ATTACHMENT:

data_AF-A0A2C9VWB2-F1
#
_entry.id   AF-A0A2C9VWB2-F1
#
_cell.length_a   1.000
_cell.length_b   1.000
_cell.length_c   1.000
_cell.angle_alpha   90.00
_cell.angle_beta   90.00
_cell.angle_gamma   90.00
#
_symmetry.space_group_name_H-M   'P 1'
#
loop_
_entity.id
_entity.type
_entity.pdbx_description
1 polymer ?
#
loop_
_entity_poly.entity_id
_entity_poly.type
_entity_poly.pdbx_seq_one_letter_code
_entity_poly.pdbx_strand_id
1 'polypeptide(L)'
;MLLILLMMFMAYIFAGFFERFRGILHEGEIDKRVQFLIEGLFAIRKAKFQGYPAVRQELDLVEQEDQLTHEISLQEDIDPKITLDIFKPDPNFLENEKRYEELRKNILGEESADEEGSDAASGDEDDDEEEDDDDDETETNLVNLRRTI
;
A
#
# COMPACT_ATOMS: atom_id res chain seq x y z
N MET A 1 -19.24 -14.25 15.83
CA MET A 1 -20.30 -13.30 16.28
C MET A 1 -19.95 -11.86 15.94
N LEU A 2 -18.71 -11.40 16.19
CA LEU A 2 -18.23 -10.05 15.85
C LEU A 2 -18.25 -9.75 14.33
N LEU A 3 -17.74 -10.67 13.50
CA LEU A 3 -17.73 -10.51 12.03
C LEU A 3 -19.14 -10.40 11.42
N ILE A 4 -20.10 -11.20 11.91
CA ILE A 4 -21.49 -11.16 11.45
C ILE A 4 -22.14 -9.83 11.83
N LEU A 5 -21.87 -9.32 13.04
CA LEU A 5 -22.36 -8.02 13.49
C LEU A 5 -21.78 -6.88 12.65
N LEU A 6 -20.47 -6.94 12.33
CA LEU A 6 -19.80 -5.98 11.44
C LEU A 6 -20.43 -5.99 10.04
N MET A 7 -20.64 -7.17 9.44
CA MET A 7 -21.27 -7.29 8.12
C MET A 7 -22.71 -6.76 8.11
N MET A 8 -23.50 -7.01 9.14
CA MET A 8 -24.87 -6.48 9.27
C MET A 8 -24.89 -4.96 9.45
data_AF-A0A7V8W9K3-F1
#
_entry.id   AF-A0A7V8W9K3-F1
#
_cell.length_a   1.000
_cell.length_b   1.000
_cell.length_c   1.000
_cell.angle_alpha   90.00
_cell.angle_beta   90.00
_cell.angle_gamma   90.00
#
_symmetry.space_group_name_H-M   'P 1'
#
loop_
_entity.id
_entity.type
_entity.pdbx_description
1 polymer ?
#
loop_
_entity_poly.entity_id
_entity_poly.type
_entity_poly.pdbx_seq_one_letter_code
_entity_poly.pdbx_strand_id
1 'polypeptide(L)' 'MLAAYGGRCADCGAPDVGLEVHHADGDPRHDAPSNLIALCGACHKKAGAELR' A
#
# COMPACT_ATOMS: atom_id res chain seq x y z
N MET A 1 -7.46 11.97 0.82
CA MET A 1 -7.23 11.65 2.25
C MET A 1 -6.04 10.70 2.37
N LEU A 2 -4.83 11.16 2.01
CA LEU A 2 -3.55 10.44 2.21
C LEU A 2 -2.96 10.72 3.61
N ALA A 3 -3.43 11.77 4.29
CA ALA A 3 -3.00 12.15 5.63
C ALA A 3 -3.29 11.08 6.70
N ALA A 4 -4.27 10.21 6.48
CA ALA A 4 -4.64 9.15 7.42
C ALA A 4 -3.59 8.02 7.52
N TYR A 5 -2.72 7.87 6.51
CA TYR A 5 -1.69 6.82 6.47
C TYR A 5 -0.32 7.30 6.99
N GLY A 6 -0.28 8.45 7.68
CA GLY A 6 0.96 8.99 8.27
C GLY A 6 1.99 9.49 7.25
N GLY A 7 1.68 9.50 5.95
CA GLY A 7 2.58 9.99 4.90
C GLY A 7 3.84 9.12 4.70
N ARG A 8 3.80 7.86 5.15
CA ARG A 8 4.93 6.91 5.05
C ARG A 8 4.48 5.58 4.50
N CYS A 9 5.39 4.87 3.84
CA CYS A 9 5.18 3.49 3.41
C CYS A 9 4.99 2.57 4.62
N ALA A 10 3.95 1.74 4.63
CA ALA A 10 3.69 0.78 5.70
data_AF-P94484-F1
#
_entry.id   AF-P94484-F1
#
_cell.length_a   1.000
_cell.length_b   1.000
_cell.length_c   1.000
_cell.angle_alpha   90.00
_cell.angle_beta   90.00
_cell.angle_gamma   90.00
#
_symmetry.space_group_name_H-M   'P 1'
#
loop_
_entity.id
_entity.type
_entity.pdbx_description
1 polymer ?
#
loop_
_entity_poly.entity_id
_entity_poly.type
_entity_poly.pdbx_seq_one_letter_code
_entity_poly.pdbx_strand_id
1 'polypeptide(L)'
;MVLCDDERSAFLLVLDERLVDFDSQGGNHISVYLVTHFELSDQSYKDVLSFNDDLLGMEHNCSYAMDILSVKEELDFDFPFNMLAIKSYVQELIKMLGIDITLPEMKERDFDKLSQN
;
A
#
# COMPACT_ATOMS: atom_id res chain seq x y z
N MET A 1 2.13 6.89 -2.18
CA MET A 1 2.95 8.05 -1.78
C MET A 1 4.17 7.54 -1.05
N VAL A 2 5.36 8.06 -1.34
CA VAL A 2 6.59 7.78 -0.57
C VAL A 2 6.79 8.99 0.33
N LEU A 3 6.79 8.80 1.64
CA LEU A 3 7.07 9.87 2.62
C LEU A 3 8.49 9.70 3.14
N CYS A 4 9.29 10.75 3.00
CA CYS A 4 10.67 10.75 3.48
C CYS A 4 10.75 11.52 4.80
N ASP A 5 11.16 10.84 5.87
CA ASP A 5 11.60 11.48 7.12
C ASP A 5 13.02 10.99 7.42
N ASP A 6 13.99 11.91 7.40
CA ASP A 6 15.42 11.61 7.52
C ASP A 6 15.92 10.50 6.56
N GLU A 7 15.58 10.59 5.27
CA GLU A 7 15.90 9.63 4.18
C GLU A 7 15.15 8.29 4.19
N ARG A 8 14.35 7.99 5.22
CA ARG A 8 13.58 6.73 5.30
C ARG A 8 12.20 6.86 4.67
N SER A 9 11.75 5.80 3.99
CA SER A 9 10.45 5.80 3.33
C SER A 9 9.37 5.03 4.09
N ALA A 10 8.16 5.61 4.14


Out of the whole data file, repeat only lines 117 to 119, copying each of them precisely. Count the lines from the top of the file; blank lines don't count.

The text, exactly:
_cell.length_c   1.000
_cell.angle_alpha   90.00
_cell.angle_beta   90.00